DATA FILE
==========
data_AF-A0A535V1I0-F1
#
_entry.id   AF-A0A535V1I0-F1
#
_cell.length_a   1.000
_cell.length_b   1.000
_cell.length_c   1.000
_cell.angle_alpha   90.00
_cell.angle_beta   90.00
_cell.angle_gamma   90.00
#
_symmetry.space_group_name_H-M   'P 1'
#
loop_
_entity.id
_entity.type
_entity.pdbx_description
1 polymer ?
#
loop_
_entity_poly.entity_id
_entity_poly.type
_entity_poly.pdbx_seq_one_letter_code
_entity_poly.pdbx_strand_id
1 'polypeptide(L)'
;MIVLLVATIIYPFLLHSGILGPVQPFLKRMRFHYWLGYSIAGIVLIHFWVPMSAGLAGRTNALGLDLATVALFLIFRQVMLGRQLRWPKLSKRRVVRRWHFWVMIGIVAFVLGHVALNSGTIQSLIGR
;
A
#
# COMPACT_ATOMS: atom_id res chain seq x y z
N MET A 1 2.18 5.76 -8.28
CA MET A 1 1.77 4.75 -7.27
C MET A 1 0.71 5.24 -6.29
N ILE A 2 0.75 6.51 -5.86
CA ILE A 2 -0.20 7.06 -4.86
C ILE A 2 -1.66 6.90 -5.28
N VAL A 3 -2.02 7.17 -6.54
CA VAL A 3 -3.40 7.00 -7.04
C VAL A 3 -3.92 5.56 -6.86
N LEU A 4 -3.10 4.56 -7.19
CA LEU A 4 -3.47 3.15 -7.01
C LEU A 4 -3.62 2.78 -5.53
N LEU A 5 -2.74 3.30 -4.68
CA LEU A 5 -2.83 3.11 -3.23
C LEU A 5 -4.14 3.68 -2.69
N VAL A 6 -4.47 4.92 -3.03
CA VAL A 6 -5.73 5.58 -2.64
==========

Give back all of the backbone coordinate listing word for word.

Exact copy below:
data_AF-A0A535V1I0-F1
#
_entry.id   AF-A0A535V1I0-F1
#
_cell.length_a   1.000
_cell.length_b   1.000
_cell.length_c   1.000
_cell.angle_alpha   90.00
_cell.angle_beta   90.00
_cell.angle_gamma   90.00
#
_symmetry.space_group_name_H-M   'P 1'
#
loop_
_entity.id
_entity.type
_entity.pdbx_description
1 polymer ?
#
loop_
_entity_poly.entity_id
_entity_poly.type
_entity_poly.pdbx_seq_one_letter_code
_entity_poly.pdbx_strand_id
1 'polypeptide(L)'
;MIVLLVATIIYPFLLHSGILGPVQPFLKRMRFHYWLGYSIAGIVLIHFWVPMSAGLAGRTNALGLDLATVALFLIFRQVMLGRQLRWPKLSKRRVVRRWHFWVMIGIVAFVLGHVALNSGTIQSLIGR
;
A
#
# COMPACT_ATOMS: atom_id res chain seq x y z
N MET A 1 2.18 5.76 -8.28
CA MET A 1 1.77 4.75 -7.27
C MET A 1 0.71 5.24 -6.29
N ILE A 2 0.75 6.51 -5.86
CA ILE A 2 -0.20 7.06 -4.86
C ILE A 2 -1.66 6.90 -5.28
N VAL A 3 -2.02 7.17 -6.54
CA VAL A 3 -3.40 7.00 -7.04
C VAL A 3 -3.92 5.56 -6.86
N LEU A 4 -3.10 4.56 -7.19
CA LEU A 4 -3.47 3.15 -7.01
C LEU A 4 -3.62 2.78 -5.53
N LEU A 5 -2.74 3.30 -4.68
CA LEU A 5 -2.83 3.11 -3.23
C LEU A 5 -4.14 3.68 -2.69
N VAL A 6 -4.47 4.92 -3.03
CA VAL A 6 -5.73 5.58 -2.64